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Mobile Speech To Text Is A Hurdle, Not A Barrier

11 February

I read a post this morning titled, “You Won’t See Facebook’s Graph Search On iPhone Or Android Anytime Soon,” that has left me scratching my head a bit. Surely I’m missing something.

The entire basis of Tareq Ismail’s argument was the difficulty of typing in long sentences on a mobile phone. “It’s simple: Graph Search for mobile would need to incorporate speech, which is a different beast altogether,” Tareq wrote. “Many of the examples given during the Graph Search keynote contained long sentences, which are not easy to type on a mobile device. Think of the example “My college friends who like roller blading that live in Palo Alto.” Search engines like Google get around this on mobile by offering autofill suggestions, but their suggestions come from billions of queries. For Facebook, since their search is based on hundreds of individual values like “fencing” or “college friends” specific to each user and not a group, autofill suggestions will often not be usefulor worse, will require a lot of tapping and swiping to drill down to the full request.”

I’m in a noisy Starbucks as I type this. I just pulled up the notes app on my iPhone and spoke the words from above, “My college friends who like roller blading that live in Palo Alto.” Guess what? That’s exactly what Siri returned in the text. Perfectly.

myFirstAm_speechtotextOn modern smart phones, this is a non-issue. The ability to “incorporate speech” into an app is simply built in to the latest iPhones and iPads using the up-to-date iOS software. The images to the right show how it’s implemented, automatically, into the myFirstAm app we built for First American Title. There was no special coding required to make this possible.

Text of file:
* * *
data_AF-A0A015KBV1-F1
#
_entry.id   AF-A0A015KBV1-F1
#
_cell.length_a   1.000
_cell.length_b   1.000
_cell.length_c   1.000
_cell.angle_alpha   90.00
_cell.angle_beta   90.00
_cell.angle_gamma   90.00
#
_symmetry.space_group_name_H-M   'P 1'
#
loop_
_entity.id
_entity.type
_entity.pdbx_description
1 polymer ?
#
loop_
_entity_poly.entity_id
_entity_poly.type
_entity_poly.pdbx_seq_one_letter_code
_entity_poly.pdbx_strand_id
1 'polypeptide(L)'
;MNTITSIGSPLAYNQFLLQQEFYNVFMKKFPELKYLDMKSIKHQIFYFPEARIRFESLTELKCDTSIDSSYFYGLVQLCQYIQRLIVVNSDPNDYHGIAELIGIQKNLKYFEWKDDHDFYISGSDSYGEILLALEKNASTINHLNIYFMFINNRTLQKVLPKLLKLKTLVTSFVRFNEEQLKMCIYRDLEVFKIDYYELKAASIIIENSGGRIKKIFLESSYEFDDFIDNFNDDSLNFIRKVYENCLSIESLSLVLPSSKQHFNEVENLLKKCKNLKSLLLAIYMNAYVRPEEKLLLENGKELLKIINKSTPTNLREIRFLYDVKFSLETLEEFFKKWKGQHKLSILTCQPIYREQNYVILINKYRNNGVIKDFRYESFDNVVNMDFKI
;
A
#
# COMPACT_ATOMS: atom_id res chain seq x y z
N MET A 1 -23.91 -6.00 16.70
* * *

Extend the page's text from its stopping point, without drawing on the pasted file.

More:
Speech to text is also an integrated part of the Android operating system. In fact, it’s been possible for several years. The author also argues, “speech recognition doesn’t come cheap.” I just don’t get it. How much cheaper could free be? Ongoing improvements and investment in speech-to-text technology will be coming from the mobile OS side, not the app side.

I will agree with two of Tareq’s arguments, however. First he says, “Names are Facebook’s strength and speech recognition’s weakness.” No doubt… but I think this is a minor hurdle for Facebook to overcome in getting mobile adoption for their Facebook graph search, not a roadblock.

Second, he rightly states, “Facebook has over a billion users who collectively speak hundreds of different languages. Facebook has said they’re beginning their launch with English. How long until all billion users’ languages are supported for the desktop?” As an English speaking American with no discernable accent, speech to text is significantly better for me than most people. I realize this. And yet, I still don’t see this as a barrier to Facebook launching graph search on mobile. As iPhone and Android grow their ability to recognize and translte speech into text, in any language, all apps that take advantage of it will grow as well.

If Facebook’s graph search has value, people will find a way to use it on mobile. Its adoption, as well as other natural language search, won’t be slowed by speech-to-text. If it’s useful, it will get used, even if I have to type a long sentence.

 

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